July 19, 2012 – In a statement released online days later, the Al Nusrah Front claimed it launched a suicide operation targeting a security barrier in Ma’arat al-Nu’man that killed 60 Syrian soldiers on this day.
Aug. 7, 2012 – In a statement released on this day, the Al Nusrah Front said that a suicide bomber targeted “a military security detachment … in the area of Mhardeh in the Hama countryside.” It is not clear what day the actual attack took place.
Aug. 17, 2012 – The Al Nusrah Front claims that a suicide bomber attacked a gathering of 600 regime “thugs” in Hama on this day. The total number of casualties was not reported.
Aug. 28, 2012 – Al Nusrah claimed it executed a suicide attack “against a large gathering inside the new Equestrian Club” in Hama. The total number of casualties was not reported.
Sept. 2, 2012 – In a statement released on this day, Al Nusrah claimed that a suicide bomber attacked the “Ibn Wardan barrier in Hama governorate.” The total number of casualties was not reported.
Sept. 4, 2012 – A suicide bomber known as Abu Khattab al Shami detonated his explosives-packed car at the airport at Albu Kamal. Fighters then launched a follow-on attack. The total number of casualties was not reported.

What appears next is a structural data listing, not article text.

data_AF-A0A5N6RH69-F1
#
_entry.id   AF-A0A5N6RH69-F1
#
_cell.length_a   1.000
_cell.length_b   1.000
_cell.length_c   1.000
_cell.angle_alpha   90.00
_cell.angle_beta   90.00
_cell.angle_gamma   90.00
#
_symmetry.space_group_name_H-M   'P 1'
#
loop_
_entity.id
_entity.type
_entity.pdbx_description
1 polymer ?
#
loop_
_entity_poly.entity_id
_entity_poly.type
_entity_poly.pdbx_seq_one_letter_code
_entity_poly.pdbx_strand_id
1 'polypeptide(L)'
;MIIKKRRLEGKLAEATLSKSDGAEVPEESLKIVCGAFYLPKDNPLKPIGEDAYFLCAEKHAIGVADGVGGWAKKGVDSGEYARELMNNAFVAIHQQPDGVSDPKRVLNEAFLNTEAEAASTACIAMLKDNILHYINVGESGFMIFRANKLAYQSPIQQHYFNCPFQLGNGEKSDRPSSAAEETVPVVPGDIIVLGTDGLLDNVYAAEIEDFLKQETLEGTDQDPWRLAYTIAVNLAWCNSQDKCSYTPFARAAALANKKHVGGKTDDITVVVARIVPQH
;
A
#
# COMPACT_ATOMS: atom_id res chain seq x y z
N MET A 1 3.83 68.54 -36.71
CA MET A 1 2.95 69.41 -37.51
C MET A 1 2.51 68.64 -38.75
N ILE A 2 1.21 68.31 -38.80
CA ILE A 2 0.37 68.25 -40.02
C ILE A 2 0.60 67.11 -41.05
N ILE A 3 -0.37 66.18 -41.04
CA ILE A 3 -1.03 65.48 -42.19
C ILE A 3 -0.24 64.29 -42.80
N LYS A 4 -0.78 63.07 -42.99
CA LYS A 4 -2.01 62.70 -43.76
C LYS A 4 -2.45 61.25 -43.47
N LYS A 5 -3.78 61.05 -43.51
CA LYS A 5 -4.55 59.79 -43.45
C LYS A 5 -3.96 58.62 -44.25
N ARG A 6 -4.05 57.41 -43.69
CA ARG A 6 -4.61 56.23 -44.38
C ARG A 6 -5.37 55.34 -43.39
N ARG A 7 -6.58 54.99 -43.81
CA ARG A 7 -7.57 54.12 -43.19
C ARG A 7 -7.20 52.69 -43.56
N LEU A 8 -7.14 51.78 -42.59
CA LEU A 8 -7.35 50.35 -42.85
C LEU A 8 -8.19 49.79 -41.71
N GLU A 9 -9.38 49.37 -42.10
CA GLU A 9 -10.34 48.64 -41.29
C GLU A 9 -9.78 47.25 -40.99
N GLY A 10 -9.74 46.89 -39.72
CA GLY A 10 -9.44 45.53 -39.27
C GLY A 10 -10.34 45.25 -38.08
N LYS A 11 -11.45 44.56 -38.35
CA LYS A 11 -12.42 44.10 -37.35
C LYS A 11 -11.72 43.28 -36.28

Sept. 8, 2012 – A suicide bomber identified as Abu Abdullah al Shami attacked a hospital in Aleppo, killing 27 soldiers and wounding 64 more.
Sept. 11, 2012 – Al Nusrah released a statement claiming that Abu al Farooq al Shamali bombed “the fortress of the enemies” in al Bareed al Thani in Deir al Zour. The number of those killed and wounded in the attack was not disclosed.
Sept. 11, 2012 – Al Nusrah claimed that a suicide bomber struck “a barracks of the enemy” in Idlib.
Sept. 26, 2012 – Al Nusrah claimed it launched a complex suicide assault on the Army Headquarters in Damascus. Four soldiers were killed, and 14 more were wounded.
Sept. 30, 2012 – Al Nusrah claimed credit for a suicide attack that targeted the headquarters of Political and Criminal Security in Qamishli in Hasaka province. The group claimed it killed 30 people and wounded 80 others.